Contest to replace David Cameron as Britain’s prime minister started in earnest Thursday with top candidates outlining strategy to deal with Brexit fallout

    US Finds Progress Slow Against Human Trafficking in Africa

    Africa continues to be a major source and destination for human trafficking of all kinds -- from forced labor to sexual slavery, says State Department report

    This forum has been closed.
    Comment Sorting
    Comments page of 2
        Next 
    by: harry from: australia
    June 12, 2014 12:45 AM
    Commenting on this easy.There is no easy solution either.Comes back to that point where an invasion changed a united stable nation because Bush and Cheney disliked Saddam.Whatever their intent the endgame is being played out.It doesnt look good for the entire region.Dont know if giving weapons will help.It might just end up in enemy hands.A soldier either fights or flees and they seem to be doing the latter.Massive air strikes might destroy their weapons and supplies and slow them down.Enough time for the Iraqis to regroup.America could not have stayed indefinitely propping up a weak govt operating on sectarian lines.Terrorists feed on weaknesses and divisions and ffwd we are at this point.Besides America just doesnt have unlimited funds to engage globally like it once did.Makes a mockery of Congress arguing over national debt when money is splurged on misadventures like Bush's Iraq War campaign.When we look back we realise that Gadaffi,Saddam and Mubarak were actually good for their respective nation's unity and security and of course regional peace.

    by: MUSTAFA from: INDIA
    June 11, 2014 10:56 PM
    Pakistani fighters are among militants. This is a very serious issue, why Pakistan involve its self in destruction of Iraq and killing of Iraqi peoples. There is serious doubts about Nawaz and Zardari capability to save Pakistan, then why they involve them self in this conflict. We suggest Pakistani Govt to concentrate on more on Pakistan side, development, safety and security for Poor Pakistani. Capture human killer and give them punishment. This is very serious allegation by some peoples that Nawaz and Zardari Govt in Pakistan is Main Sponsor of Terrorist group against Aid Money.

    by: Billy Bob
    June 11, 2014 9:18 PM
    Wait, I'm confused. Aren't these the same rebels we are helping in Syria? So Syria: rebels good - Iraq: rebels bad.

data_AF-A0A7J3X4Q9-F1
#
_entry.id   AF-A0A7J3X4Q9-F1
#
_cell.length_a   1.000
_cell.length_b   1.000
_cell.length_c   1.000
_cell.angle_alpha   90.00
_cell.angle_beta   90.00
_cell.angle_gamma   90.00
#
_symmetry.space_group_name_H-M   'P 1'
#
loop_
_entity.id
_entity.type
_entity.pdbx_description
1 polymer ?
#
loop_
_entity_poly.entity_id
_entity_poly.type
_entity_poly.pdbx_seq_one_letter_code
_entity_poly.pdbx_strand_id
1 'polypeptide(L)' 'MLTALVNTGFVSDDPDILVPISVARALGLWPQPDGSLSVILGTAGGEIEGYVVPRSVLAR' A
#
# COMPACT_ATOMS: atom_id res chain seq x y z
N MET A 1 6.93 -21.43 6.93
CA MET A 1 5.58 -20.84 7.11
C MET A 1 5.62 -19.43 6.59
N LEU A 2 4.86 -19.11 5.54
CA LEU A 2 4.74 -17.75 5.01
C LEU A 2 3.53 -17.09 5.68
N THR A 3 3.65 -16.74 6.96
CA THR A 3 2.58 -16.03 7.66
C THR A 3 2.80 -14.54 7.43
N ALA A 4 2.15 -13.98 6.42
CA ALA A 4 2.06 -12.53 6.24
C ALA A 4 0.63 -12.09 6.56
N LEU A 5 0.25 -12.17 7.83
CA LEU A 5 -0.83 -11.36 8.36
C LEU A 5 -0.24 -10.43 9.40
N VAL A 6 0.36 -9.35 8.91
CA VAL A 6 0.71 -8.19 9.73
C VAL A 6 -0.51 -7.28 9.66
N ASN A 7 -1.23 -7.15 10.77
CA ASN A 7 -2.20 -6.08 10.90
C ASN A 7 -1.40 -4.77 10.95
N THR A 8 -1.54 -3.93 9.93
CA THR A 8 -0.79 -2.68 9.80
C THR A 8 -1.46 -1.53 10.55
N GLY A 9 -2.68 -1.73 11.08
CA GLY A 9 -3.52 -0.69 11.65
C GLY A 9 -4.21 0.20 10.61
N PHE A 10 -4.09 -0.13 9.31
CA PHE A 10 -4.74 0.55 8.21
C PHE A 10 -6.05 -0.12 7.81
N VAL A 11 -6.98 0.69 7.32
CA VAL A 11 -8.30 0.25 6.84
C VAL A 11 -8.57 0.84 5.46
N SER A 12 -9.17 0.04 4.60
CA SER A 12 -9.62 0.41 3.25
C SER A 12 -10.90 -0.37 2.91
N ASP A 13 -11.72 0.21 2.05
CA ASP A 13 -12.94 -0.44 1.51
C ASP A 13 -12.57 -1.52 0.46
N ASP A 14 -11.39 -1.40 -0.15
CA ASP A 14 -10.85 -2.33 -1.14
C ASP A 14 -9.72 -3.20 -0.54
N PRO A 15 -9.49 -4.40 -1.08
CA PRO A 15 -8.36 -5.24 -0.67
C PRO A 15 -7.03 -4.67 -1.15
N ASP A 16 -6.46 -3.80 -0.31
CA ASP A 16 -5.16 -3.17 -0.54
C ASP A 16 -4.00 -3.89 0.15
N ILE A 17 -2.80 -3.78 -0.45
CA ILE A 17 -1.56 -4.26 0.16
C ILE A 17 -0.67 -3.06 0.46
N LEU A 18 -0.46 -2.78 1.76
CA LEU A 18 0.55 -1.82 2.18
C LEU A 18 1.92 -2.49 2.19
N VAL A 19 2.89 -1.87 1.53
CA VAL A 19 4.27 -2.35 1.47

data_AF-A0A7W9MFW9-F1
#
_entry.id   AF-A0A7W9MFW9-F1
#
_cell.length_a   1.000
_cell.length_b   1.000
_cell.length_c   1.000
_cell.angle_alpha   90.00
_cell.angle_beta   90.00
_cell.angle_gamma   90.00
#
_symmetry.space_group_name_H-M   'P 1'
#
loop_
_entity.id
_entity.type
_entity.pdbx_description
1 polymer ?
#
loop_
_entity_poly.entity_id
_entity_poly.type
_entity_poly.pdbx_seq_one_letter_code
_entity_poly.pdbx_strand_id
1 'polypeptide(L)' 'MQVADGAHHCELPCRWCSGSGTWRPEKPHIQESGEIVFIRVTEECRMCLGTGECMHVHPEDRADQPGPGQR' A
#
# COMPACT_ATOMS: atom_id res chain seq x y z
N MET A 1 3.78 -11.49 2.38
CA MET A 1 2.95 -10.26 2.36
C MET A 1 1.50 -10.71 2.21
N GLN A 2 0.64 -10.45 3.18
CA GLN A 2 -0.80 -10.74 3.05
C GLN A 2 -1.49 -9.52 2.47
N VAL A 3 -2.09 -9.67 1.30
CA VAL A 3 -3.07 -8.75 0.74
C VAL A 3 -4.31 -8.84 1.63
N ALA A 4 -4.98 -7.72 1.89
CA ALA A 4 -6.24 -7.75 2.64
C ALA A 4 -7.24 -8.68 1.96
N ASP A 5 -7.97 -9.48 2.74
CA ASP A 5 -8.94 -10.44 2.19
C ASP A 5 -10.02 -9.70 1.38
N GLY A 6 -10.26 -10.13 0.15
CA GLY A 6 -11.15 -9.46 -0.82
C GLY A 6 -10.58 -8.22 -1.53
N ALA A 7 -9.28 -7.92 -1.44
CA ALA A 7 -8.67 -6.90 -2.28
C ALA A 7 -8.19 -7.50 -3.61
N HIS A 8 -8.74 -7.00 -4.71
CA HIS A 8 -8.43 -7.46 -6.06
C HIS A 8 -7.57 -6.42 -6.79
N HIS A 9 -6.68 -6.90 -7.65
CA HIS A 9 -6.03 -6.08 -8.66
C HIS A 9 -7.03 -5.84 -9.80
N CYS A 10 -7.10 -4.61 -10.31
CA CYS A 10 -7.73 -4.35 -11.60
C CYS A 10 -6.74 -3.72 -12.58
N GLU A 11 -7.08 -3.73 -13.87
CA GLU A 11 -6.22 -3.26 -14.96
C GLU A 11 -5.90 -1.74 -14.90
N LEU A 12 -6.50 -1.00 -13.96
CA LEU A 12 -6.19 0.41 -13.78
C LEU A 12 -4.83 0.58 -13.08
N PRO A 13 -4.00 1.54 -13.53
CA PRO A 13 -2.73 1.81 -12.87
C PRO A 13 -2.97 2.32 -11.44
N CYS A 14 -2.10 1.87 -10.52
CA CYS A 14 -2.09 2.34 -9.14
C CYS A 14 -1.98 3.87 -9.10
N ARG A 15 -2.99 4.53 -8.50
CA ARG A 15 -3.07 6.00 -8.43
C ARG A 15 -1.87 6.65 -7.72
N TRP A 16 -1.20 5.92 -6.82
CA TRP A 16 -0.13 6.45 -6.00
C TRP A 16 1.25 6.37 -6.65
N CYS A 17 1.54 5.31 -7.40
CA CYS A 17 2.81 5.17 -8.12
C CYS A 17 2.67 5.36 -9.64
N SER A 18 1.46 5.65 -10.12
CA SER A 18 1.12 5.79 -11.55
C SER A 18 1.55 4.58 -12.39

by: Eric from: USA
    June 11, 2014 7:26 PM
    If we decide to help Iraq in any way shape or form it should be in the form of a 51st state. We have fought so hard to do what train a group of people that run away when faced with force. I say bring our troops in one more time last time make it a state or we should tell them good luck on your future. It was what is was it will become what you make it. And bring our troops home stop this side steeping and get to the point.

    by: Scott Sinnock from: Woodstock IL
    June 11, 2014 5:33 PM
    Why are we offering help? Haven't we learned enough already of the death and destruction we cause by our "help"? It is THEIR civil war, let THEM fight it out, even if we think one side beats their women more than the other. Let's just trade with whoever wins, at whatever price they want to set, oil included, as Thomas Paine recommended these many years ago.
    In Response

    by: Mark from: Virginia
    June 12, 2014 10:27 AM
    Exactly. I agree fully. Many lessons of our own past, many ideas from our own history we have failed to learn. Too bad we did not fully listen to George Washington, either, and his ideas on how this country should be governed. Small government, limited international involvement.

    We are the opposite of what our Founding Fathers have envisioned for us. Power does that. Absolute power corrupts absolutely.

    by: charles robertson from: North Carolina
    June 11, 2014 5:10 PM
    once again our country is butting into every ones business. We give our money to everyone except the




    american people. Protect our boarders!! with all the money we are giving away

    by: What
    June 11, 2014 5:06 PM